Maajid Nawaz, self-styled Islamic ‘reformer’ and founder of the Quilliam Foundation recently tweeted:
[…] Yet more ‘grooming gang’ (racially aggravated gang rape) convictions. Once again, all convicted are of my own heritage: British Pakistani Muslim. And there are more to come. Enough with the denial. Name it. Shame it. Protect the children.
This tweet is the straw that broke the camel’s back. I am a Muslim woman of Pakistani heritage, mother, founding member and co-chair of Faiths Against Child Sexual Exploitation (FACES). For the last three years I have been actively working with Muslim and Christian colleagues to raise awareness and understanding about child sexual exploitation (CSE), in order to equip us all to better prevent, recognise and respond to it. Maajid Nawaz’s language here is unacceptable. It’s damaging. It’s dangerous. And we cannot stay silent.
For some context, Maajid Nawaz’s organisation, a ‘counter extremism’ think tank, with some controversial – and some have argued, extremist connections – published a report last year entitled “Group Based Child Sexual Exploitation – Dissecting Grooming Gangs”. The report’s authors, Haris Rafiq (who is also the CEO of Quilliam) and Muna Adil, note a disproportionate representation of individuals of ‘(South) Asian’ heritage in “Group Based CSE” and conclude that this suggests ‘the background of these men has influenced their actions’.
The report was received with some fanfare by certain sections of the media, and our Home Secretary, Sajid Javid, was so convinced by the strength of the arguments contained in it that he decided to order research in to the ‘problem’, vowing to deal with the ‘Asian paedophiles’. It is also worth noting that Quilliam’s old friend, Stephen Yaxley-Lennon, the far right activist and founder of the English Defence League, also known by his pseudonym ‘Tommy Robinson’, has referenced this report as informing his horribly racist rhetoric. Earlier this year, Yaxley-Lennon chose to film people during a criminal trial where reporting restrictions were in place, and thus potentially jeopardising the outcome. He is currently embroiled in criminal proceedings for the same.
Others however, were not so convinced. The report was roundly criticised and dismissed by a number of CSE experts, most notably and persuasively by Dr Ella Cockbain. I won’t go through all the arguments again, you can read her mega-thread on Twitter here. Essentially though, Cockbain surmises that this report, written by two people who have zero experience or expertise in this area, is rooted in bad science and is fundamentally flawed. In short, it’s not worth the paper it’s written on. After much dilly dallying, and under persistent pressure from online activists (shout out to @Newera and @reg_left-media) and survivors of abuse (including @Realheadcase1, @telford_gurl, @MsCaitSpencer, @hollyarcher_cse and others – I am in awe of your courage and generosity), Quilliam finally released a statement. This did little to respond to the substance of the criticism beyond what Richard Wortley (another leading expert on CSE) describes as an ‘outrageous smear’ and ‘ad hominems’.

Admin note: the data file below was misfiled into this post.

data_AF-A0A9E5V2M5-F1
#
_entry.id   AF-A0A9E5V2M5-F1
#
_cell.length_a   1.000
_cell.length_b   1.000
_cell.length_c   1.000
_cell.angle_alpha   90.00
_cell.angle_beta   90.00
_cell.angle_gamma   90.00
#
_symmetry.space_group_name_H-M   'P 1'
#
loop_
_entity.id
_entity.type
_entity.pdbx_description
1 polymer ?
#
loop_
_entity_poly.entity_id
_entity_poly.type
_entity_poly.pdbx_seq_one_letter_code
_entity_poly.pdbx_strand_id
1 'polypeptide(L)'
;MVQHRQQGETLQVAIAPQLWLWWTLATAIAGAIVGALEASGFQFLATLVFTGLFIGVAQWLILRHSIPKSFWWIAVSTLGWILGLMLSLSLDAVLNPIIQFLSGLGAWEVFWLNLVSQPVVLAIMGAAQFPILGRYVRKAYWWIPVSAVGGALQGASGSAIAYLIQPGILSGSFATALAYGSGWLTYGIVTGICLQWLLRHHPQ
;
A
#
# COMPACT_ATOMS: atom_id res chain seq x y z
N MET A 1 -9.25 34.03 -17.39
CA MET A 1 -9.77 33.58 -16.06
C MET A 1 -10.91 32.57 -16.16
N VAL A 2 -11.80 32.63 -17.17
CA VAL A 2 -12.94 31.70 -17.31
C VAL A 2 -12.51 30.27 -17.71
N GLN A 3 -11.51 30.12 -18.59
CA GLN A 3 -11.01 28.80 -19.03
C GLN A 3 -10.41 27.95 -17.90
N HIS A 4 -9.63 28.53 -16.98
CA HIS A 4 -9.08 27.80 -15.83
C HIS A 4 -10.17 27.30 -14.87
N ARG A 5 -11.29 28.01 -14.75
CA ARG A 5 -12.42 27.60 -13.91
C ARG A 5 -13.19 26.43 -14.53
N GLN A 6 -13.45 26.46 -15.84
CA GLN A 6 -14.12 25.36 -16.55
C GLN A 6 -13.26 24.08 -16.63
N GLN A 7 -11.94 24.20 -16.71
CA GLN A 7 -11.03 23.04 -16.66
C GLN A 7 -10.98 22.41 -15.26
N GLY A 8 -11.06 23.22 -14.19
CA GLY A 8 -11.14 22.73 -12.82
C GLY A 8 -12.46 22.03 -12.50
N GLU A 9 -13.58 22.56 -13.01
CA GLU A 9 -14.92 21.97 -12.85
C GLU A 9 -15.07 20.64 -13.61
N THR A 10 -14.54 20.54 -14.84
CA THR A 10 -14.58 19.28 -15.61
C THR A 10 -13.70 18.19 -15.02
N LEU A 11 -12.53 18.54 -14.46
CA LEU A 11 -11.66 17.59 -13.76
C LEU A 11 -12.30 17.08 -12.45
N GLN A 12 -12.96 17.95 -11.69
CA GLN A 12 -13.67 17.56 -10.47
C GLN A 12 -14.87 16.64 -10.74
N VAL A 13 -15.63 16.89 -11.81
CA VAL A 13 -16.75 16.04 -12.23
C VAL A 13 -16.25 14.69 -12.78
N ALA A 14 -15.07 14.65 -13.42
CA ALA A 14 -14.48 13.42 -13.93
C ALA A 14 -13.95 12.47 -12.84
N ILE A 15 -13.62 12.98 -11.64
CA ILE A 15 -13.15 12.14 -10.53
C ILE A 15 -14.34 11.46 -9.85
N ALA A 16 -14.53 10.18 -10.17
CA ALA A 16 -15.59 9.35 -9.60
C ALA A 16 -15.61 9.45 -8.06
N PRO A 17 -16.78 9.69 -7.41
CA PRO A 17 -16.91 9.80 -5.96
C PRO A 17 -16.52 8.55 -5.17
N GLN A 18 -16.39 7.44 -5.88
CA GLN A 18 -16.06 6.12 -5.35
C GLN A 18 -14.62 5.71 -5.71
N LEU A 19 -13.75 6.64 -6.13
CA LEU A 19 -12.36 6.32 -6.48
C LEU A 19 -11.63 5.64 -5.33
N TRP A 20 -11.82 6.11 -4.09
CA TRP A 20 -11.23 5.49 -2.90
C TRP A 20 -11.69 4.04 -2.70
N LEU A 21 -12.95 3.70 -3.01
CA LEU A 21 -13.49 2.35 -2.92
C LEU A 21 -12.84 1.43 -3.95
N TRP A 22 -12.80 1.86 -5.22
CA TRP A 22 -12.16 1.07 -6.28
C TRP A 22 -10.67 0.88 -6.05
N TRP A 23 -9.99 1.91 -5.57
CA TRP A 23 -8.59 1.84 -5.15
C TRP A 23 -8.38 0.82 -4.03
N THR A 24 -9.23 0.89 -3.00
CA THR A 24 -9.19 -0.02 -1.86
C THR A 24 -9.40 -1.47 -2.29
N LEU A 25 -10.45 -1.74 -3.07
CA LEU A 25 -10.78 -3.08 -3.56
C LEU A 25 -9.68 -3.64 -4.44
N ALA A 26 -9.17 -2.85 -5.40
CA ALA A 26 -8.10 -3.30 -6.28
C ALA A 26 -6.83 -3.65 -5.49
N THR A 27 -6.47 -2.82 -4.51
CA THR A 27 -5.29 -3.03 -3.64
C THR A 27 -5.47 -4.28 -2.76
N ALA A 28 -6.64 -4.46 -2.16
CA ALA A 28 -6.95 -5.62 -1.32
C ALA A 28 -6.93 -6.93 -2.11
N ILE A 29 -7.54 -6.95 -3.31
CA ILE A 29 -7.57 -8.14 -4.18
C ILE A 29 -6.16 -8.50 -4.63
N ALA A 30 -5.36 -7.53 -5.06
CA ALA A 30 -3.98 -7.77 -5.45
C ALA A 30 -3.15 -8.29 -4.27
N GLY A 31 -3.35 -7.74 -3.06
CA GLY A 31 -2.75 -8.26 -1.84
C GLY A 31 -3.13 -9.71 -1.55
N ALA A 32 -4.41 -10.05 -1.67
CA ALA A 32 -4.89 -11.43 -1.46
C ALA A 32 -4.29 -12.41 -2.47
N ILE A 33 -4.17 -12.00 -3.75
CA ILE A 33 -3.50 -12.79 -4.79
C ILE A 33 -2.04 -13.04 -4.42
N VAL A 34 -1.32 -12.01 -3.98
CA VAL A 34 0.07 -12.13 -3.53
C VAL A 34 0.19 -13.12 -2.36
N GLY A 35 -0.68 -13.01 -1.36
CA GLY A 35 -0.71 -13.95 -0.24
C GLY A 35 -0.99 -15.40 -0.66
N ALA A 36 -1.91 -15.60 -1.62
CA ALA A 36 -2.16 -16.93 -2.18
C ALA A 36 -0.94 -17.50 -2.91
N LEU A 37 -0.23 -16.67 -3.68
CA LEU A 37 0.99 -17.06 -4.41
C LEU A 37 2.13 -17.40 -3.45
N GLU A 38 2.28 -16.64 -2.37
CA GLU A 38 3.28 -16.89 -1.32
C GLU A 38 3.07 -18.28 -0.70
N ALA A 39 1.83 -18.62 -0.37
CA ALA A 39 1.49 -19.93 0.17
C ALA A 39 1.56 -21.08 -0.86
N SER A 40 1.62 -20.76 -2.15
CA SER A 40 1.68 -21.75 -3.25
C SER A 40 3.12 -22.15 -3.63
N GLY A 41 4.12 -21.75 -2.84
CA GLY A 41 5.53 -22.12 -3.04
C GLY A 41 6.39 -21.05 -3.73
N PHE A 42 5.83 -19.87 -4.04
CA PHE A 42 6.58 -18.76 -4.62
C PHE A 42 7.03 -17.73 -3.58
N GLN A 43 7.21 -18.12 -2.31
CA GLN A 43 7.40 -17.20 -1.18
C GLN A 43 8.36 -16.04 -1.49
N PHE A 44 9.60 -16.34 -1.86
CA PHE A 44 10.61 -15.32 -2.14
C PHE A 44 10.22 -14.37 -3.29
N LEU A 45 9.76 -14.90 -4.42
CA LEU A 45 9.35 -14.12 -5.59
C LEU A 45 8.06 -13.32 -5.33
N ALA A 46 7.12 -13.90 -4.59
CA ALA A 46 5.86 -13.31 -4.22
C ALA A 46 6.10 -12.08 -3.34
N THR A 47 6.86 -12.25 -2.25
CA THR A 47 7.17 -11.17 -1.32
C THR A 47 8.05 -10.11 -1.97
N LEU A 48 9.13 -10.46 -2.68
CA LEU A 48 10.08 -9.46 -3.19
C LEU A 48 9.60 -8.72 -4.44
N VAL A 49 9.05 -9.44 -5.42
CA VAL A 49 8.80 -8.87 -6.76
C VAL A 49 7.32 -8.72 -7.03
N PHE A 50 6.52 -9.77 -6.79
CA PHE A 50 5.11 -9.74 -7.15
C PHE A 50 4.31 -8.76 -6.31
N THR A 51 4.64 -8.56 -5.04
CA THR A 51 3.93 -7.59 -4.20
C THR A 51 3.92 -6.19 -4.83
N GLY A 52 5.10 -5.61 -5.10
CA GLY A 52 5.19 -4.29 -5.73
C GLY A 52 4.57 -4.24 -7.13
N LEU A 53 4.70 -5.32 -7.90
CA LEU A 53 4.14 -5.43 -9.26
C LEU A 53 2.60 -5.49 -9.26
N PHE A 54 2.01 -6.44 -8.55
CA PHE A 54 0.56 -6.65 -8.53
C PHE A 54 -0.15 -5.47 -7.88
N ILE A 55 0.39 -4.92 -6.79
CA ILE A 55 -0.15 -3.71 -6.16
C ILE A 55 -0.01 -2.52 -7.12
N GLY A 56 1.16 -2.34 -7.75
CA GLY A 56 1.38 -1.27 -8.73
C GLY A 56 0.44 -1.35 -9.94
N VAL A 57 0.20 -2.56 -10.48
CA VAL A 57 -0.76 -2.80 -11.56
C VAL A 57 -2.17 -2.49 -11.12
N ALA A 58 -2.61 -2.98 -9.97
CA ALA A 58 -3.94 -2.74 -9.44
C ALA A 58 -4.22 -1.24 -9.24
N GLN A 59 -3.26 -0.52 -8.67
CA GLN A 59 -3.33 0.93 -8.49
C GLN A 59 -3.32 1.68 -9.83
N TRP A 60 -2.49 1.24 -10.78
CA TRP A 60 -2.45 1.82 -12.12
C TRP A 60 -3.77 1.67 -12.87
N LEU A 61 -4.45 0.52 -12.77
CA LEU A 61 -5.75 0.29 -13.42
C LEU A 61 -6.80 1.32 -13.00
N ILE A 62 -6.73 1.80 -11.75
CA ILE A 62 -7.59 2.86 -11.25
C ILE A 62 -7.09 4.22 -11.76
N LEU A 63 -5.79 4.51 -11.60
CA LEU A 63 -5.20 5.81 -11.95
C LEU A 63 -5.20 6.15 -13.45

Maajid Nawaaz himself has personally responded by branding critics of the reports as ‘racists’. This is a man who argues that there is a causal link between the ethnicity of the perpetrators and CSE. Whilst doing so, Nawaz and his colleagues cynically align themselves to their brown-ness to deflect legitimate criticism of their work and then, draw themselves away to protect themselves from the negative consequences of their words. This internalisation of racism is, in itself, systemic oppression and injustice. But this is perhaps a discussion for another day.
By falsely framing the discourse on CSE entirely around South Asian men (a problematic descriptor in itself) as perpetrators, ‘white girls’ as ‘victims’ and concentrating the totality of the discussion on the context in which it occurs, entirely on ‘grooming gangs’, the Quilliam Foundation – like “Tommy Robinson” – do nothing to ‘protect the children’. In fact, quite the opposite. The narrative that the Quilliam Foundation’s report propagates has real and devastating consequences. Last year I met with a survivor of CSE, from Rochdale. She is South Asian. She is Muslim. She told me of her pain at being ‘white-washed’, out of sight and out of mind. When speaking at the FACES annual conference earlier this year, Sara Rowbotham, the Rochdale whistle-blower, spoke of the many boys that had also been abused, and ignored, and who remain largely invisible.
For those really interested in learning more about CSE, take a look at some of the research carried out by The University of Bedfordshire’s International Centre, which includes work by FACES member, Dr Lucie Shuker.
Maajid, let me finish by doing exactly as you say: ‘Name it. Shame it. Protect the children’: You, and your colleagues at Quilliam are making our children – ALL of them –vulnerable, and you are creating an environment where some perpetrators are not held to account. Really, shame on you.
Rehana Faisal, co-chair FACES